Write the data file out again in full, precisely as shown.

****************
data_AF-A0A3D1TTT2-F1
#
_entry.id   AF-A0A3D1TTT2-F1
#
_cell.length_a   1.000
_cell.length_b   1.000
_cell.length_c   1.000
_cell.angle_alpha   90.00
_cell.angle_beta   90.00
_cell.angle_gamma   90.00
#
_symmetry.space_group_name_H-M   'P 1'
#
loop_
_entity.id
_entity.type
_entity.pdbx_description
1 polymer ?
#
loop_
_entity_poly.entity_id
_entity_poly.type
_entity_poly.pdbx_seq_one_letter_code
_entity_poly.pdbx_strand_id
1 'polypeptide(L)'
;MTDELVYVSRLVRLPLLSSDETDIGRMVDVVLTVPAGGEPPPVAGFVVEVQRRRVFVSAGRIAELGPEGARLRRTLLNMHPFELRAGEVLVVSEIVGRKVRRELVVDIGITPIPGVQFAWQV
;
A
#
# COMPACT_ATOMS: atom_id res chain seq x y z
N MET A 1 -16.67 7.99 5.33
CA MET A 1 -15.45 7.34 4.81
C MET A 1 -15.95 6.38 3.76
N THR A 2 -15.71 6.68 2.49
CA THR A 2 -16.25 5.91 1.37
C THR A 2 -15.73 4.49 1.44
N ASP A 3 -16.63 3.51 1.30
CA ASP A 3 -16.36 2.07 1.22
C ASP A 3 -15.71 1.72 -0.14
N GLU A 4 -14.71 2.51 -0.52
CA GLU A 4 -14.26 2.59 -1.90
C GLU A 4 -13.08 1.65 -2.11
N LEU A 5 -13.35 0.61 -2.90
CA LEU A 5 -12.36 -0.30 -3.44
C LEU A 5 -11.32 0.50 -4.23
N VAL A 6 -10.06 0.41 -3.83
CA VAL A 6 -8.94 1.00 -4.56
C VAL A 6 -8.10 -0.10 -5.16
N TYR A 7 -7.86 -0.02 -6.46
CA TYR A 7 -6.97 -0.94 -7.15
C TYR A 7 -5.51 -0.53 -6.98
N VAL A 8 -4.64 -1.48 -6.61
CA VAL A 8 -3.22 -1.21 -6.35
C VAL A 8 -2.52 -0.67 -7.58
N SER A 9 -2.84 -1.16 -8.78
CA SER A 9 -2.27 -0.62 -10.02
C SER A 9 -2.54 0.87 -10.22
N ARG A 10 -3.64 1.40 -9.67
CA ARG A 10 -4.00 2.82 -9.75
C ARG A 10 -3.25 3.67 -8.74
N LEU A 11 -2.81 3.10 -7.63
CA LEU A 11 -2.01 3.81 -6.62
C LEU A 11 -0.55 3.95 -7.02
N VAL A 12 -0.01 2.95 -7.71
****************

data_AF-A0A3D1TTT2-F1
#
_entry.id   AF-A0A3D1TTT2-F1
#
_cell.length_a   1.000
_cell.length_b   1.000
_cell.length_c   1.000
_cell.angle_alpha   90.00
_cell.angle_beta   90.00
_cell.angle_gamma   90.00
#
_symmetry.space_group_name_H-M   'P 1'
#
loop_
_entity.id
_entity.type
_entity.pdbx_description
1 polymer ?
#
loop_
_entity_poly.entity_id
_entity_poly.type
_entity_poly.pdbx_seq_one_letter_code
_entity_poly.pdbx_strand_id
1 'polypeptide(L)'
;MTDELVYVSRLVRLPLLSSDETDIGRMVDVVLTVPAGGEPPPVAGFVVEVQRRRVFVSAGRIAELGPEGARLRRTLLNMHPFELRAGEVLVVSEIVGRKVRRELVVDIGITPIPGVQFAWQV
;
A
#
# COMPACT_ATOMS: atom_id res chain seq x y z
N MET A 1 -16.67 7.99 5.33
CA MET A 1 -15.45 7.34 4.81
C MET A 1 -15.95 6.38 3.76
N THR A 2 -15.71 6.68 2.49
CA THR A 2 -16.25 5.91 1.37
C THR A 2 -15.73 4.49 1.44
N ASP A 3 -16.63 3.51 1.30
CA ASP A 3 -16.36 2.07 1.22
C ASP A 3 -15.71 1.72 -0.14
N GLU A 4 -14.71 2.51 -0.52
CA GLU A 4 -14.26 2.59 -1.90
C GLU A 4 -13.08 1.65 -2.11
N LEU A 5 -13.35 0.61 -2.90
CA LEU A 5 -12.36 -0.30 -3.44
C LEU A 5 -11.32 0.50 -4.23
N VAL A 6 -10.06 0.41 -3.83
CA VAL A 6 -8.94 1.00 -4.56
C VAL A 6 -8.10 -0.10 -5.16
N TYR A 7 -7.86 -0.02 -6.46
CA TYR A 7 -6.97 -0.94 -7.15
C TYR A 7 -5.51 -0.53 -6.98
N VAL A 8 -4.64 -1.48 -6.61
CA VAL A 8 -3.22 -1.21 -6.35
C VAL A 8 -2.52 -0.67 -7.58
N SER A 9 -2.84 -1.16 -8.78
CA SER A 9 -2.27 -0.62 -10.02
C SER A 9 -2.54 0.87 -10.22
N ARG A 10 -3.64 1.40 -9.67
CA ARG A 10 -4.00 2.82 -9.75
C ARG A 10 -3.25 3.67 -8.74
N LEU A 11 -2.81 3.10 -7.63
CA LEU A 11 -2.01 3.81 -6.62
C LEU A 11 -0.55 3.95 -7.02
N VAL A 12 -0.01 2.95 -7.71